EDITOR'S NOTE: Ward Room author Brooke Anderson has a unique perspective on Chicago and Illinois politics. She worked as the director of communications for former Democratic Gov. Pat Quinn, who lost a re-election bid to current Gov. Bruce Rauner. Prior to that position, she worked on the 2011 mayoral campaign for Gery Chico, who ran against Rahm Emanuel. Her opinions are her own and do not reflect those of NBC News.
As you may have noticed with the deluge of stories, U.S. Rep. Aaron Schock’s media beating isn’t over yet.
After several weeks of crisis that began with his ethically questionable Downton Abbey redesign of his congressional office, the question is fast becoming – will Schock survive this?
While real damage has been done, the jury’s still out on that.
For one, Schock has a strong base of support. He won his most recent four elections handily, garnering 74 percent of the vote in the last two. He represents a safe Republican district where the GOP has an 11-point advantage in the electorate, according to the Cook Partisan Voting Index. He hasn’t been accused of any crimes and so far, local Republican leaders are sticking with him
How can he begin to rebuild and refocus when he hasn’t bottomed out yet?
But perhaps the most serious threat is not the ongoing barrage of questions and stories but the fact that there’s already enough material for blistering campaign ads.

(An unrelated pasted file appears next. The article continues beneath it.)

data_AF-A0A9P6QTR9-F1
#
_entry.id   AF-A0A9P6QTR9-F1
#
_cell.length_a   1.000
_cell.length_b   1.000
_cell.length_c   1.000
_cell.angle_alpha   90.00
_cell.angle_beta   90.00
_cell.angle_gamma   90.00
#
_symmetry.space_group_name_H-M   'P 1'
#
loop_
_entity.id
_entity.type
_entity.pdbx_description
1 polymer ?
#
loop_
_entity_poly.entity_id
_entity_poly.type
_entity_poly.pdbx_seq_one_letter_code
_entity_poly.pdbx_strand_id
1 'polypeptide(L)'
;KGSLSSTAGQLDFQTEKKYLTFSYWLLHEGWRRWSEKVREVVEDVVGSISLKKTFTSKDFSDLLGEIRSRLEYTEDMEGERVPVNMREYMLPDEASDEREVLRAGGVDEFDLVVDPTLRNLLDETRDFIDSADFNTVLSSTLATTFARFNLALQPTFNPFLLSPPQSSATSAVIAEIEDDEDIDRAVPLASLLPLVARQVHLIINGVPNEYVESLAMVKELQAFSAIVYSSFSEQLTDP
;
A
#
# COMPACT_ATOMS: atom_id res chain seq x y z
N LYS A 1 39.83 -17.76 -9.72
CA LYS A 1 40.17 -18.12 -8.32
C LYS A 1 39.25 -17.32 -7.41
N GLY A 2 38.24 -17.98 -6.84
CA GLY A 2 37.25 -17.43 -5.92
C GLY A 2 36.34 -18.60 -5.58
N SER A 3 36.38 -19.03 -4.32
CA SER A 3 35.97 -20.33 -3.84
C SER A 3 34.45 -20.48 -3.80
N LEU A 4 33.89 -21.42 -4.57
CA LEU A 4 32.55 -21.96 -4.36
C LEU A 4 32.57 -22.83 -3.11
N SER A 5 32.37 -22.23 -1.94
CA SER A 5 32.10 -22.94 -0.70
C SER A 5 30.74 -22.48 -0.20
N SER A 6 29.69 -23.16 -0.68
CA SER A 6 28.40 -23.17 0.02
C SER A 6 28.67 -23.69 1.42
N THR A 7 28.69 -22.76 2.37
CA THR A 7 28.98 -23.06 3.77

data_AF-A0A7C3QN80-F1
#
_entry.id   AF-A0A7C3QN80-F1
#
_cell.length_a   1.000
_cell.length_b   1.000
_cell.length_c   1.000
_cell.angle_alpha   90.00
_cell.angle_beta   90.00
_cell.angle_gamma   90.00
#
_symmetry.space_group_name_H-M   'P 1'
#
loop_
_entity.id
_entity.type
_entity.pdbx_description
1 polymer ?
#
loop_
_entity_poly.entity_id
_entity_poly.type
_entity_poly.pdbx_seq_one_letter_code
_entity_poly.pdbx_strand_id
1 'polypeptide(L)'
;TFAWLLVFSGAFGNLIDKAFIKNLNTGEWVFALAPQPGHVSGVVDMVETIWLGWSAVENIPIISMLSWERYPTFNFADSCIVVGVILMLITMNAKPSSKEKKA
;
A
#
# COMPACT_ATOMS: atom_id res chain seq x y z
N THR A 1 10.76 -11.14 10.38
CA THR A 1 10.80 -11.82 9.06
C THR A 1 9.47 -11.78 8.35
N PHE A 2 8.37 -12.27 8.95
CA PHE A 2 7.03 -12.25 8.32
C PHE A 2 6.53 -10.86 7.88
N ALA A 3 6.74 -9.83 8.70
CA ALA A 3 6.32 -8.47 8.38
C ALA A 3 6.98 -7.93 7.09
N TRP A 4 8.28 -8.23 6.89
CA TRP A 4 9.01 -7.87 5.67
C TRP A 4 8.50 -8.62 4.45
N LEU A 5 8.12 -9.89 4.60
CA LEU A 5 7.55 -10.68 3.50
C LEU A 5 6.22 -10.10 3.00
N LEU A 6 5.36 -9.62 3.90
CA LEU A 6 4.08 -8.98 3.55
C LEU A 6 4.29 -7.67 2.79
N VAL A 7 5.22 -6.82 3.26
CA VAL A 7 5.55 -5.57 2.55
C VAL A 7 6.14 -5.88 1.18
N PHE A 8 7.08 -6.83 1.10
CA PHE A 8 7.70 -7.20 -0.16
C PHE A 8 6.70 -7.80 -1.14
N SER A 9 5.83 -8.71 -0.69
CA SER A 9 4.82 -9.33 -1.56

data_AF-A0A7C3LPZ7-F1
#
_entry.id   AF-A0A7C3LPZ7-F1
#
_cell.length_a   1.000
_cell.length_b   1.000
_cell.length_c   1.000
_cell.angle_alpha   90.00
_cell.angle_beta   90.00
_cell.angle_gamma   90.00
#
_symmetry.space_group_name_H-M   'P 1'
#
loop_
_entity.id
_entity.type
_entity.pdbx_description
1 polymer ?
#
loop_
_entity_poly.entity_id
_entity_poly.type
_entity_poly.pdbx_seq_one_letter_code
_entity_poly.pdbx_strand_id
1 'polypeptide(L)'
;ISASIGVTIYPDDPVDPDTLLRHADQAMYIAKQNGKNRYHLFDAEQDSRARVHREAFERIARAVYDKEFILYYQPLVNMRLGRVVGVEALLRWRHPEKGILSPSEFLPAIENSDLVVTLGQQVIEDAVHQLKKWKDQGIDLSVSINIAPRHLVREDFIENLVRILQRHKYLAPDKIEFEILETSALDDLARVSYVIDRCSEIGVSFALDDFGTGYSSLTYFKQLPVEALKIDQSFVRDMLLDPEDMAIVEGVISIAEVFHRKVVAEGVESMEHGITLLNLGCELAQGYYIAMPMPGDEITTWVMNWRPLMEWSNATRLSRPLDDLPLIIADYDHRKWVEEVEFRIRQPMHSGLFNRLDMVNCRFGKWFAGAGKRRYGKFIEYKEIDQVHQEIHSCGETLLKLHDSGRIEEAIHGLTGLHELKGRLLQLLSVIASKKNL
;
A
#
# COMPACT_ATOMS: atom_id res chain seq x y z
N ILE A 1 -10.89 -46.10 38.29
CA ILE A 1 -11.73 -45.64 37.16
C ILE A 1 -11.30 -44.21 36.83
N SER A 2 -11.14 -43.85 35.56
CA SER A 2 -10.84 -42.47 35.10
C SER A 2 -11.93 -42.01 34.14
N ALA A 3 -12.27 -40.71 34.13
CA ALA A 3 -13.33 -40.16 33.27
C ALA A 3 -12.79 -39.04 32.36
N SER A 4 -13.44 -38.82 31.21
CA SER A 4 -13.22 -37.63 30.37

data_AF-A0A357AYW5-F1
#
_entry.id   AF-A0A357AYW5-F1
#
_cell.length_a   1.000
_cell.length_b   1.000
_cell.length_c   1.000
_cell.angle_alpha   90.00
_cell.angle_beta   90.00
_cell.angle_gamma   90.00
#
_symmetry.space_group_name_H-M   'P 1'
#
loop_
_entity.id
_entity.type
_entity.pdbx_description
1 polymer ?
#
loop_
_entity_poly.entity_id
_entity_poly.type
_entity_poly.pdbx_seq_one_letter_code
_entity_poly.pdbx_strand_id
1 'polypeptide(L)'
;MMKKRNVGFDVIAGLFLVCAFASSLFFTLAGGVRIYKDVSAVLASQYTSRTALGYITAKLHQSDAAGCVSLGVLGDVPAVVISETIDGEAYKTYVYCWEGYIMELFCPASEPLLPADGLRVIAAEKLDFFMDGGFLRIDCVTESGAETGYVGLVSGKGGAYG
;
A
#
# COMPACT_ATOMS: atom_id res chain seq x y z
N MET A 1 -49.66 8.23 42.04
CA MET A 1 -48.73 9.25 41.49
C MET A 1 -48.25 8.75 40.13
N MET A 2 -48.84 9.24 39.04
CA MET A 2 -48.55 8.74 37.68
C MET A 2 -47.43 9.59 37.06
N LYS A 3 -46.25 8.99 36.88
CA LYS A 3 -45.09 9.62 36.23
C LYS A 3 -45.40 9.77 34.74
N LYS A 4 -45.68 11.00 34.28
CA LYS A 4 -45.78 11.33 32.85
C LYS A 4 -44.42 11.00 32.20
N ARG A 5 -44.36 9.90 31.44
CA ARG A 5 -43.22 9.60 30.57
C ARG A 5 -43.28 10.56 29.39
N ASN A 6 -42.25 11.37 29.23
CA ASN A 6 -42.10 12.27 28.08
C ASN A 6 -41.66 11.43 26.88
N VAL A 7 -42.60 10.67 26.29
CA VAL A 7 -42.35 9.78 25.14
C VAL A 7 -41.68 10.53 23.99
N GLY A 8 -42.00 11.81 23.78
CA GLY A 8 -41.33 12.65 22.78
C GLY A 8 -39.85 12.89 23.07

And while a Democratic victor in the 18th congressional district is highly unlikely, Schock’s spate of made-for-TV blunders could leave him vulnerable to a Republican primary challenge. (Just ask former House Minority Whip Eric Cantor
about pesky challengers who take on powerful incumbents.)
The ads write themselves:
“Aaron Schock spent tens of thousands of taxpayer dollars on luxury, private jets so he could travel the world…
"and decorate his government office like Downton Abbey...
“Now he's under investigation for ethics violations…
“When asked to explain himself, all Aaron Schock could say was: “Haters gonna hate”…
“Aaron Schock – out of touch and out for himself.”
Schock has taken some steps to resolve this crisis, commissioning his own investigation, hiring two communication consultants and – finally – putting an end to his lavish travel.